In the early 1950s, about 50 per cent of primary school age children were out of school. In 1970, that figure stood at 28 per cent. Today, it has come down to 9 per cent. Progress has been slow, and there is still more to be done, but many millions of children have realized their right to education since that time.
For the vast majority of children caught in emergencies and crises, education is at best interrupted and at worst never attained
For children living in areas affected by war and insecurity, it’s as if none of this progress has happened. Fifty per cent of refugee children worldwide are not in school. For adolescents, this number rises to three out of every four children. Girls living in conflict areas are more than twice as likely to be out of school as those in countries not affected by conflict. And even when children in these areas make it to school, they are less able to benefit fully. The school year is often interrupted and quality is low.
Students in Cox’s Bazaar, Bangladesh attend school for about two hours a day, usually at a temporary learning center. During a recent visit, those students told me what they studied – language, math and life skills. But teachers and community members ask what comes next – what is the educational future for these students? Partners are doing a tireless job of providing a safe space for a few hours a day, but so much more is needed to build a meaningful education pathway for all the affected children and young people.
These stories are repeated around the world: in the Central African Republic, Chad, Iraq, Jordan, South Sudan and Yemen. The numbers are staggering. We estimate that 75 million children – across 35 countries – are either out of school or have had their education disrupted due to conflict and emergency. 17 million of these children are refugees. The number of children uprooted from their homes is higher now than it has been in recent decades. On average, migrants spend 17 years displaced, almost an entire childhood with limited or no access to the safety, stability and structure of a positive learning environment.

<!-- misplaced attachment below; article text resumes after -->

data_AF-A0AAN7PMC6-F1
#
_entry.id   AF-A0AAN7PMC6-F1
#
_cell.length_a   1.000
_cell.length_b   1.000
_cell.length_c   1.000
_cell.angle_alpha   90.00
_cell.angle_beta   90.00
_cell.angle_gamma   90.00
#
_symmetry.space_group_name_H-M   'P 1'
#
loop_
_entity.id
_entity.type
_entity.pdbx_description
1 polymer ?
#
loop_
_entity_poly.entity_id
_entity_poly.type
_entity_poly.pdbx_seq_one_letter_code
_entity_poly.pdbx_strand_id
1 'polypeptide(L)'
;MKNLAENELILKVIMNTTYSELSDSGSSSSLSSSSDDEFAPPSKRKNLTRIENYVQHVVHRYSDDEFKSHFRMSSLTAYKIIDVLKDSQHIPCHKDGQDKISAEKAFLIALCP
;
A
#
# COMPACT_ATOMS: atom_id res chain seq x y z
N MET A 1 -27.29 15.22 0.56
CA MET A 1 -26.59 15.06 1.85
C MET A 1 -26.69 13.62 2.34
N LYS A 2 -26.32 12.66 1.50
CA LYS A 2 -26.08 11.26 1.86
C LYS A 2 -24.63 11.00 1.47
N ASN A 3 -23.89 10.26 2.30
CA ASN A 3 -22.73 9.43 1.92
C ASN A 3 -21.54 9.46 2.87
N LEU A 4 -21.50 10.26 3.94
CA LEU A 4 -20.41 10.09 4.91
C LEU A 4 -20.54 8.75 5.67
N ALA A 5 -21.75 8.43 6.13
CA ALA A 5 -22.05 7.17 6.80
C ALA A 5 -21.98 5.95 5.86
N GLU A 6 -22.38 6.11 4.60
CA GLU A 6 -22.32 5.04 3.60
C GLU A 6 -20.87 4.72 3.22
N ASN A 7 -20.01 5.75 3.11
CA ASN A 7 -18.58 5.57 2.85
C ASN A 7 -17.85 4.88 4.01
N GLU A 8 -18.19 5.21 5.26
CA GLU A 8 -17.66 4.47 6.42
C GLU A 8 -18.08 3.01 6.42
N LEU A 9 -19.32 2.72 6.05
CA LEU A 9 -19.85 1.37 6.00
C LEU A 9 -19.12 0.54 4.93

Business as usual – even scaled up business as usual – is not enough
For the vast majority of children caught in emergencies and crises, education is at best interrupted and at worst never attained. Many others face problems that make learning unlikely, problems such as overcrowded classrooms, no running water or toilets, sub-standard teaching or attacks on schools, teachers and students.
For those children who manage to access some sort of education, the chances that this will be taught in their mother tongue, by qualified teachers and with their efforts certified are slim, ad hoc or require additional time or money.
Even though the challenges seem immense, there is a renewed energy around the right to education – and rightly so. With this energy, comes new opportunities and innovation, new partnerships, and a rallying cry by governments and the private sector behind education. National governments and the international community are responding.
- In Turkey, UNICEF provides financial incentives for 13,200 Syrian teachers to support the integration of Syrian refugees into the Turkish education system.
- In the Central African Republic, UNICEF and partners support the Ministry of Education to enable 10,000 children to take year-end exams at conflict-affected school sites.
- In Chad, UNICEF, with funding from the Education Cannot Wait fund is supporting the provision of quality, basic education for 325,466 children and youth from refugee and host communities.
- In many places, we are finding innovative approaches – in Greece, UNICEF supports language learning for children on the move through solutions jointly created with teachers, children and implementing partners.
- UNICEF, with DFID and UNHCR, are identifying and scaling up promising innovations, to measure results, to support evaluation and to give every child a fair chance to learn through the Humanitarian Education Accelerator.
But for all these efforts – there are still obstacles. This week, the High-Level Meeting on Action for Refugee Education brings together refugee-hosting states, donor governments, multilateral institutions, the private sector and civil society to agree on how to accelerate and improve efforts to deliver commitments made through the Global Compact for Refugees. This vision for a longer-term approach to children’s education in emergencies is critical. However, words and statements mean little if action does not accompany them.
This meeting marks that next step. Participants have made commitments to support the inclusion of refugee populations in national education systems, improve learning outcomes for refugees and host communities and support greater responsibility in sharing, especially via more and better financing.
As far as I’m concerned we have no choice but to act on these commitments. Business as usual – even scaled up business as usual – is not enough. Progress in securing the rights of all children to education is at risk of being reversed. Many of us have advocated for the education of children in emergencies, and have played our parts, but we must do more, and we must do it better. Because the risks – the futures of 75 million children, children like those in Cox’s Bazaar – are too high.
Jo Bourne is Associate Director and Chief of Education at UNICEF.